That was quite some hike, Nicole. You and your dad must be very fit. Beautiful photos.
Thanks Sylvia! Yes, my dad never ceases to amaze and inspire me. He is in incredible shape and it is often hard to keep up with him! I try to follow! Hope you are doing well!
Well, this would have been a great hike for our March trip to Tucson, except …. we aren’t going to Tucson now! 🙁 Our friends decided they wanted somewhere warmer so we are still debating. I’ll file this one away for another time, though!
Probably a good call actually as I timed my trip right! The weather was perfect but now it is unseasonably rainy and cool. Next time!
What a lovely post. The pictures too are exceptional. I have done some hiking in the Himalayas & can well relate to the exhilaration – toughness of the climb.That is sound advice that you have given. Happy hiking!
Thank you so much! Yes I too got to do some hiking in the Himalayas of Nepal and fell in love with it there. I have to get back!
Good for you. I have no stamina now
Thanks for the comment! 🙂
I’m one of those people who once climbed a mountain (a volcano in my case) wearing only sneakers. I underestimated the degree of challenge I would encounter as it didn’t appear as a particularly high volcano. But halfway to the summit I started realizing my mistake. I had to grab whatever I could — tree branches, shrubs, roots, anything — to go up, and the loose soil certainly didn’t make it any easier. This post reminds me of those volcano climbs I did, and makes me wonder why I haven’t done that since 2015. Beautiful photos, Nicole!
ha, I’ve done it too! I didn’t put in the post that I wore low-riding hiking shoes not boots and at the end of the hike, fifteen minutes before we were done I twisted my ankle and sprained it. It is healing now but I learned a good lesson. To always pack and wear my boots on these hikes! I had used them mostly for long hikes but silly me. I need the protection!
Thanks for this review. Even though I look at a lot of professional hiking sites before attempting a “real” hike, I mostly love to read reviews from real people that involve tips on parking, trailheads, weather tips, etc.. This is just what I was looking for!
I’m glad you found this helpful! I’ve written a bunch of posts on hiking around Tucson so if you are interested be sure to check them out. Wrightson is definitely one of my favorites. But I adore Sabino Canyon.
I enjoyed reading your account of the Mt. Wrightson hike and the photos. All that brought back fond memories of 50 years ago when I lived in Tucson while attending the U of A. (I just turned 81). Mt. Wrightson was always my favorite hike. I made that 11 mile hike several times and the most memorable was doing it at night so I could watch the sunrise from the summit.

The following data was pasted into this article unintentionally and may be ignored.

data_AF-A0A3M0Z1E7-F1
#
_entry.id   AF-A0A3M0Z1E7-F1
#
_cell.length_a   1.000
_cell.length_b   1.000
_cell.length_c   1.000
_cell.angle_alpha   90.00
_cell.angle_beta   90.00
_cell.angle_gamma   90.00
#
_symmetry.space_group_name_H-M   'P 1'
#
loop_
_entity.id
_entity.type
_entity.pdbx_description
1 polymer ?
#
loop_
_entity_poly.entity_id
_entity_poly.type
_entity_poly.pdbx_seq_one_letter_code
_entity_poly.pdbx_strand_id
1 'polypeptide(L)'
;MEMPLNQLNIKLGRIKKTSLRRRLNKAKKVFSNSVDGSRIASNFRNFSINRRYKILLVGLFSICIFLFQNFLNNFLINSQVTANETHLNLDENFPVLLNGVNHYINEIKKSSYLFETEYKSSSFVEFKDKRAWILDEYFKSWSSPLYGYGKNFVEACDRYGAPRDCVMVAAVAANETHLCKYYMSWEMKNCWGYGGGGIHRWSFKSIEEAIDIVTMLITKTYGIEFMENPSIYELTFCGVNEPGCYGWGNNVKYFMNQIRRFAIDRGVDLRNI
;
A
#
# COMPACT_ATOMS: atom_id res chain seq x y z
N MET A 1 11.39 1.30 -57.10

On one occasion I lay down for a nap at the summit a couple of hours after sunrise and pulled my hat over my face to block the sum. I drifted off to sleep until I heard a “whoosh” that awakened me. I pulled off my hat and noticed a vulture had made a low pass that had produced the sound. I looked up and saw a half dozen vultures circling above me. Apparently a scout had broken away from the group to see if I was rare, medium, or well done. I’m sure he and his pals were disappointed that their anticipated hearty breakfast was not to be.
After living in southern California for the past 40 years I’m “returning to the scene of the crime” with my wife. We’re looking forward with enthusiasm to living in Marana. Our home is on the open desert and we’ve been visited by several javelina, deer, rabbits, a few coyotes and one 2 foot long buzztail that made the mistake of camping by the gate to our backyard. He’s now in that great serpentarium in the sky. The previous homeowner sent us a photo of a bobcat in the backyard. And someone recently posted a photo of a mama cougar and two of her nearly full-grown cubs in a backyard not far distant from ours.
Have you ever made the hike to Finger Rock above the Catalina Foothills? You can’t climb to the top of the rock without mountaineering gear but the view of Tucson from its base is quite spectacular. Looking to the southeast from there you could see a large “aluminum desert” where hundreds of B-47s were retired at Davis-Monthan AFB.
Please keep writing accounts of your hikes. You’re a good writer and they’re an interesting read.
Thanks so much for sharing your story! Wow, what a crazy experience. Yes I have done the hike to Finger Rock. My parents still live in Tucson so I visit often. Thanks for the wonderful note!